Fight Big Fat Fanny Fast


Antonio Salvatore Giuseppe Bentimova was born in New York City, the son of an Italian from Sicily, and a nice neighborhood girl from New York’s Little Italy. Years before Tony B’s birth, his father, Salvatore Giuseppe Antonio Bentimova was a Mob captain in Palermo, a tidy little hamlet in the north west end of Sicily, under the rule of the infamous Don Vito Cascio Ferro. Ferro, who perfected the shakedown as an art form, was arrested sixty-nine times for various crimes, was tried for all these crimes, but was always acquitted. For some strange reasons, all witnesses against Ferro suddenly got amnesia, or downright disappeared from the face of the earth. Hey, things happen.

In 1929, Don Vito Cascio Ferro finally met his match when he was arrested by Cesare Mori, Prefect and chief administrative official of the island. Mori had been appointed by Italian Dictator, and all around nice guy, Benito “Il Duce” Mussolini.

This was the beginning of very bad time for the good old Mafia in Sicily.

Mori made himself a constant pain in the balls to the Sicilian Mafia. He used torture, like children used toys. He laid siege to entire towns, even taking woman and children hostages, to get members of the Mafia to come clean as to their whereabouts. All in all, from 1924-29, Mori was responsible for over 11,000 arrests, just in the town of Palermo alone.

Hell of a guy.

When Mori arrested Don Vito Cascio Ferro’s ass, it was actually on a trumped-up charge, Ferro had absolutely nothing to do with. After a dubious trail, Ferro, then 69, was sentenced to 50 years in jail. He did not pass Go and did not collect $200.

Afraid of getting the same fate as his pal Don Vito Cascio Ferro, Salvatore Giuseppe Antonio Bentimova hopped a slow boat to New York City, to escape the wrath of Mussolini, Mori and any other Italian whose last name starred with the letter “M.”

There “Sally Boy” Bentimova, as he was called, established himself as a big shot in the Italian/American mob.

Because of the infamous and useless Volstead Act enacted in 1919, Prohibition was still in full force in 1930, when Sally Boy finally set his feet on American soil. Sally Boy made a mint transporting illegal hooch, from rum ships outside the 12 mile limit, to fast cabin cruisers, to trucks, which sped into the heart of New York City. Rumor had it that New York City alone had over 30,000 speakeasies, and Sally Boys boys supplied the booze to a good number of them.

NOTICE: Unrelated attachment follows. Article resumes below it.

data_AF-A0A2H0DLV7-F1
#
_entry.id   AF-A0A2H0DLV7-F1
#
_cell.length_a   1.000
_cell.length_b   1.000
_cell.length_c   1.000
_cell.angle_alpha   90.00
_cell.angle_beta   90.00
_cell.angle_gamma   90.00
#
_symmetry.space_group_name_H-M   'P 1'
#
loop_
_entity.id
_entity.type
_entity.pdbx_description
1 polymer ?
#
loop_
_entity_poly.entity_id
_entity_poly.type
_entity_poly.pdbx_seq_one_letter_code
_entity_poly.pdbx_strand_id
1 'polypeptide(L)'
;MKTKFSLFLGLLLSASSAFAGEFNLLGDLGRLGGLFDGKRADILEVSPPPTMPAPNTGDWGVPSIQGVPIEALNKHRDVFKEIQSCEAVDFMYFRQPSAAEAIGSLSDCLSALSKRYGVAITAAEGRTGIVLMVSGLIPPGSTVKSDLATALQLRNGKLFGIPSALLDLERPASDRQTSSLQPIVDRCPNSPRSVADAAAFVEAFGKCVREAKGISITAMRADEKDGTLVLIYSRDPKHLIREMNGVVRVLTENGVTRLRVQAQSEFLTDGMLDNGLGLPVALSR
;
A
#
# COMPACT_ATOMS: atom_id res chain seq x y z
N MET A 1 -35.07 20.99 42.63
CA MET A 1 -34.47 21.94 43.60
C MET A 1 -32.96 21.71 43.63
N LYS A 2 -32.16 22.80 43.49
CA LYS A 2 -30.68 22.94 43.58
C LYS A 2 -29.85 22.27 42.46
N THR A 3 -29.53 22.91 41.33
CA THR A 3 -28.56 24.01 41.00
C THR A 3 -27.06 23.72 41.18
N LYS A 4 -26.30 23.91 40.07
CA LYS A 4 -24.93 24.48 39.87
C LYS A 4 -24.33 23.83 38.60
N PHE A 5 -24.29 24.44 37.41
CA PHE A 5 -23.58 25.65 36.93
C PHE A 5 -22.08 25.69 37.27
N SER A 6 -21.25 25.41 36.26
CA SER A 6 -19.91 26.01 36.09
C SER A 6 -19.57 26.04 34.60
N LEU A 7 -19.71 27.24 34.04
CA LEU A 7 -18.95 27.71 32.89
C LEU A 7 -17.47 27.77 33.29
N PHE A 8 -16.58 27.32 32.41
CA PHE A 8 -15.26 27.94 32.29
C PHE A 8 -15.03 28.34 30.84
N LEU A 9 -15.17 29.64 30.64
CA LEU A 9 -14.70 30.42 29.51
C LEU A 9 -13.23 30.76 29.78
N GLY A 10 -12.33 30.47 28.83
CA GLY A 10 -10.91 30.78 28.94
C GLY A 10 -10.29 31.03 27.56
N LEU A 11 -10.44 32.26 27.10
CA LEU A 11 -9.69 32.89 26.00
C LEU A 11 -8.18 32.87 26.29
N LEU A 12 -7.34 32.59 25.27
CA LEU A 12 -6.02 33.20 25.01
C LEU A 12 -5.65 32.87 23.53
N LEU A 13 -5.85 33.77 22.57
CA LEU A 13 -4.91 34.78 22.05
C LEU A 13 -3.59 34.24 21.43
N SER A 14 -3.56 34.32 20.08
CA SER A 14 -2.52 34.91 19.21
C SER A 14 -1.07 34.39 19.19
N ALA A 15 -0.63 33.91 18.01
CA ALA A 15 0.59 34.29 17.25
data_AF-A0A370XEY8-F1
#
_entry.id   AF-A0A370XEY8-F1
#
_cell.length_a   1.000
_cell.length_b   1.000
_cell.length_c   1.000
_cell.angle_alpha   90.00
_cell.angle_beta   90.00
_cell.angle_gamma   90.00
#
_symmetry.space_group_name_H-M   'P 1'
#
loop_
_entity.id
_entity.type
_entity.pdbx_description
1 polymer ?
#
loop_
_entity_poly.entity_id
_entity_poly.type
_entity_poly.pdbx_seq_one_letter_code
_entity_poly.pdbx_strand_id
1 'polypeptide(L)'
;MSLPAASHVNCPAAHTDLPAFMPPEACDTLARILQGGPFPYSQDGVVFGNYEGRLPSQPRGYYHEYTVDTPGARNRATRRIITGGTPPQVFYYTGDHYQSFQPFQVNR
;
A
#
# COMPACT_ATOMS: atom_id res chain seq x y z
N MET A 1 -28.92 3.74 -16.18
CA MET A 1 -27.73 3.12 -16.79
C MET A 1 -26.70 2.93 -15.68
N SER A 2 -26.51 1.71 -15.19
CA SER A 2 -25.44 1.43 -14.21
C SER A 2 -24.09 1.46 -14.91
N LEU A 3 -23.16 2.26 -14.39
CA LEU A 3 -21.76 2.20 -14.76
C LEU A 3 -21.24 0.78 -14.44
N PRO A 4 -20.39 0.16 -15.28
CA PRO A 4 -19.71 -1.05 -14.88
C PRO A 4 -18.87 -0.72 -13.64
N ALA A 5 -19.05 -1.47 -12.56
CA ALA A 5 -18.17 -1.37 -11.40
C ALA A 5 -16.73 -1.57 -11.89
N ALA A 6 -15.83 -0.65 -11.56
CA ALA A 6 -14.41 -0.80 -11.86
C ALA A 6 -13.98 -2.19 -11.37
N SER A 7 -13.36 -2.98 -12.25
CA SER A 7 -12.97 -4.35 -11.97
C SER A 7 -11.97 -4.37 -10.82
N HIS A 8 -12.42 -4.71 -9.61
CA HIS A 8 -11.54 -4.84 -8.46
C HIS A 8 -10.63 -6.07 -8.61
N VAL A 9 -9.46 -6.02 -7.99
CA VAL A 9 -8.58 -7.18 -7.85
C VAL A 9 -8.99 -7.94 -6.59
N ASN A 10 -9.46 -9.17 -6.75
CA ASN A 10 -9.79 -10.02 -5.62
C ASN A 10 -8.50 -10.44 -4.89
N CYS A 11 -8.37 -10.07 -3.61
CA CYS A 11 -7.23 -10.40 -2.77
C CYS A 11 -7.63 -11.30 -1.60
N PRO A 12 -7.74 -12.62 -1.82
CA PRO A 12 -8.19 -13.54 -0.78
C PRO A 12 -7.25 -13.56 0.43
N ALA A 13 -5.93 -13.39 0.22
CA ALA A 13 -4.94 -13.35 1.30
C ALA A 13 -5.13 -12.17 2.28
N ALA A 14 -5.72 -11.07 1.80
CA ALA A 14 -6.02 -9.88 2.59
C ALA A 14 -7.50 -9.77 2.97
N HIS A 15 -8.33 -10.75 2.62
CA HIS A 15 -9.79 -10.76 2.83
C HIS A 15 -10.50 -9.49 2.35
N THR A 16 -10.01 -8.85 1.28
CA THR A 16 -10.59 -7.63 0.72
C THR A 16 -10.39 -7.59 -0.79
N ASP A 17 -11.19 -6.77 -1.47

In 1933, the Volstead Act was repealed, so Sally Boy, in the spirit of gold old American entrepreneurism, insinuated himself into such enterprising businesses such as gambling, shylocking, and a little harlotry, which is a fancy word for pimping women. Sometimes right on the streets. Sometimes in a whore house, located somewhere in the Lower East Side.

“Hey. I didn’t invent prostitution,” Sally Boy said. “So if somebody’s got to do it, why not me? And my girls are clean. I make them see a doctor four times a year, whether they need it or not.”

Sally Boy, now firmly ensconced in Little Italy, finally met himself a nice Italian-American girl, who happened not to be a hooker. Her name was Dria Paola Pescatore, named after a famous Italian actress, who wasn’t a hooker either.

Dria’s parents were from Naples, and they didn’t particularly care for the vulgar, and intellectually inferior Sicilians. But after a little arm-twisting, and Sally Boy greasing Dria’s father’s palms with a few thousand fazools, Mr. Pescatore finally saw the light, and that light was lit all around Little Italy, in the bright green lights of cold hard cash.

The marriage between Sally Boy Bentimova and Dria Paola Pescatore was made, and summarily consummated in 1935. The result was Antonio Salvatore Giuseppe Bentimova, a.k.a Tony B.

As we will see, the apple did not fall too far from the rotten tree.

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